Today we welcome back a special guest on the blog: Stelter Senior Technical Consultant, Lynn Gaumer, J.D. Lynn returns to share her insights on the importance of having a plan for your planned giving marketing program—and not just leaving it to luck.
“It’s not a sprint, it’s a marathon.”
It’s a common phrase used daily by many people, in all walks of life.
The phrase is not just used in the athletic world. We even use it in the planned giving world to try to explain that such gifts take time to solicit, structure and materialize.
But, how many of those who utter this phrase really know what it takes to complete a marathon, which is a 26.2 mile running event?
I now know that a lot more goes into a marathon than simply showing up on race day.
About thirteen months ago, my husband, daughter and I put together a plan to train for the Goofy Challenge at Walt Disney World. This 2-day ordeal requires finishers to complete a half marathon, followed by a full marathon the next day, both within strict time limits.
It was a celebration of our daughter’s high school running career. I hoped it would motivate my husband to get back in shape. And I am always up for a little competition.
Those who complete the challenge earn a Donald Duck medal for the half marathon, a Mickey Mouse medal for the full and a Goofy Medal for being unusual enough to do it.
We started planning for this event in Dec. 2017 and training in Jan. 2018.
Then came the setbacks.
My husband had a heart attack last January, followed by triple bypass surgery. He had 11 months to progress from walking with a walker and chest tube oxygen to running 39.3 miles in 2 days. And as we headed into the fall, I had a multitude of injuries to my foot, knee and back.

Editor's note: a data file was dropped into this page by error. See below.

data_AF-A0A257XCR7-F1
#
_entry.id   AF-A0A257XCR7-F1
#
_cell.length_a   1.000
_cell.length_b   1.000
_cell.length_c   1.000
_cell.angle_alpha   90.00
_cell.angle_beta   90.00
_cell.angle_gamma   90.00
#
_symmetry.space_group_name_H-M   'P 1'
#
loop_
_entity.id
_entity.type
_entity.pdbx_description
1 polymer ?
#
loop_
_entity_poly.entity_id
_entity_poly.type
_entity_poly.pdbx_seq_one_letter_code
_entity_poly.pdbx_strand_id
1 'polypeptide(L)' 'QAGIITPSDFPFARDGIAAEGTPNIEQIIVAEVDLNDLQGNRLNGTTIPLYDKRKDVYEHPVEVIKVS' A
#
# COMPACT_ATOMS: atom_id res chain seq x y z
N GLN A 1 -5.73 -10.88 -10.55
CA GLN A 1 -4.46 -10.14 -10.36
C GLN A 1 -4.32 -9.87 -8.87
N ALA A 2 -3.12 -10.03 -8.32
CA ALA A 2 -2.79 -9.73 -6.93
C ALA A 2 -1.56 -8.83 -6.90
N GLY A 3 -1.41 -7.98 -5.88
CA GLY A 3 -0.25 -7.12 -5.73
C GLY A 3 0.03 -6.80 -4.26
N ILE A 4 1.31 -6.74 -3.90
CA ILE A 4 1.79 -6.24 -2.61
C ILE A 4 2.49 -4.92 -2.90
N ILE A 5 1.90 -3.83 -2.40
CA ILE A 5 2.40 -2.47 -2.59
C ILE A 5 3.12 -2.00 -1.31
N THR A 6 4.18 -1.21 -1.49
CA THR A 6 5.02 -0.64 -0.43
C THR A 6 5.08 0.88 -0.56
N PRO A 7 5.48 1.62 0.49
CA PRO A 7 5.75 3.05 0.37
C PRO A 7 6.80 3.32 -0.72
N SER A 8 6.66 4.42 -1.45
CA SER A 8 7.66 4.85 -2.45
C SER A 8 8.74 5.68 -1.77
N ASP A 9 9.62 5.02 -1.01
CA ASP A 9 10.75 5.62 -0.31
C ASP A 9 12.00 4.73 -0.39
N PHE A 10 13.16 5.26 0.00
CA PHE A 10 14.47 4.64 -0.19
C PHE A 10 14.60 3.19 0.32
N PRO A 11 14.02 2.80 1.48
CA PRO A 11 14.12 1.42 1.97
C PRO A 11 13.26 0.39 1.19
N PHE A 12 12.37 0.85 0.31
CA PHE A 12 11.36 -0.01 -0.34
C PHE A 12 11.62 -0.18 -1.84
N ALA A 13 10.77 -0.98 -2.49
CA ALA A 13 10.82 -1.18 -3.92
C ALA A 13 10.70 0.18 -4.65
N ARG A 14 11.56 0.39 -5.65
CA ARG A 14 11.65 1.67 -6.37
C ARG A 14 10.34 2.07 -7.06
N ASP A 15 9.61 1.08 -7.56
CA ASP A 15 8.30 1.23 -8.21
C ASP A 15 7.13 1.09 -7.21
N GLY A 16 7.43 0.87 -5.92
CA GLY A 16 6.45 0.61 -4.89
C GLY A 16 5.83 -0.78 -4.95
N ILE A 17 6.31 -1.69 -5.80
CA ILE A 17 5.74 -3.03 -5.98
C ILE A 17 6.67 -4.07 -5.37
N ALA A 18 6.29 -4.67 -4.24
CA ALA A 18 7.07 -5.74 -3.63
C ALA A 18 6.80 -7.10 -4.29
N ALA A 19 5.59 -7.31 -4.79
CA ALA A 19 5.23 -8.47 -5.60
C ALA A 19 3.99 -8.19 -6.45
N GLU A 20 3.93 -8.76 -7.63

In the end, we made it! In the process, I learned the most challenging part of the marathon is not the race, but the long work involved in preparing for the event.
Likewise, each of us can train and run a planned giving marathon. Yes, there may be setbacks. For you, it may be budget or time constraints or staff turnover. However, I am confident every planned giving officer has what it takes to complete his or her own challenge. It all starts by setting some actionable goals.
You are not going to make it to the end of a marathon without proper training.
Develop your training plan now. Establish short and long term goals to develop a multi-channel marketing strategy that consists of print, digital, social media and web communications to either start or grow your planned giving program.
2. Slow, but Steady
Stay on pace and keep to your plan.
Make regular calls or visits with your donors. And make it personal. Engage and educate your board of directors on the importance of a planned giving program. Finalize your own planned gift.
3. Stay Hydrated
Be sure to keep yourself in good working order.
Attend conferences. Keep abreast of developments in the field and with your prospective and actual donor bases. Solicit advice from colleagues to keep learning and moving forward with your plan.
4. Cross the Finish Line
If you stick to your planned giving training plan, I am confident you will cross the finish line by securing additional planned gifts for your organization. And when you do, make sure to properly acknowledge and thank your donor.
No matter where you are at in your planned giving program, if you haven’t set your 2019 planned giving goals, do it now. My husband, daughter and I successfully completed the Goofy Challenge. You can complete your planned giving marathon, too.
To help you get started, here is a free planned giving marketing calendar to spark some ideas and help keep you on track.
DISCLAIMER: This marketing calendar is only a starting point. Each organization has its own goals, dependent upon variables like priorities, budget and size. Customize this calendar to best fit your nonprofit, its challenges and its prospects and donors.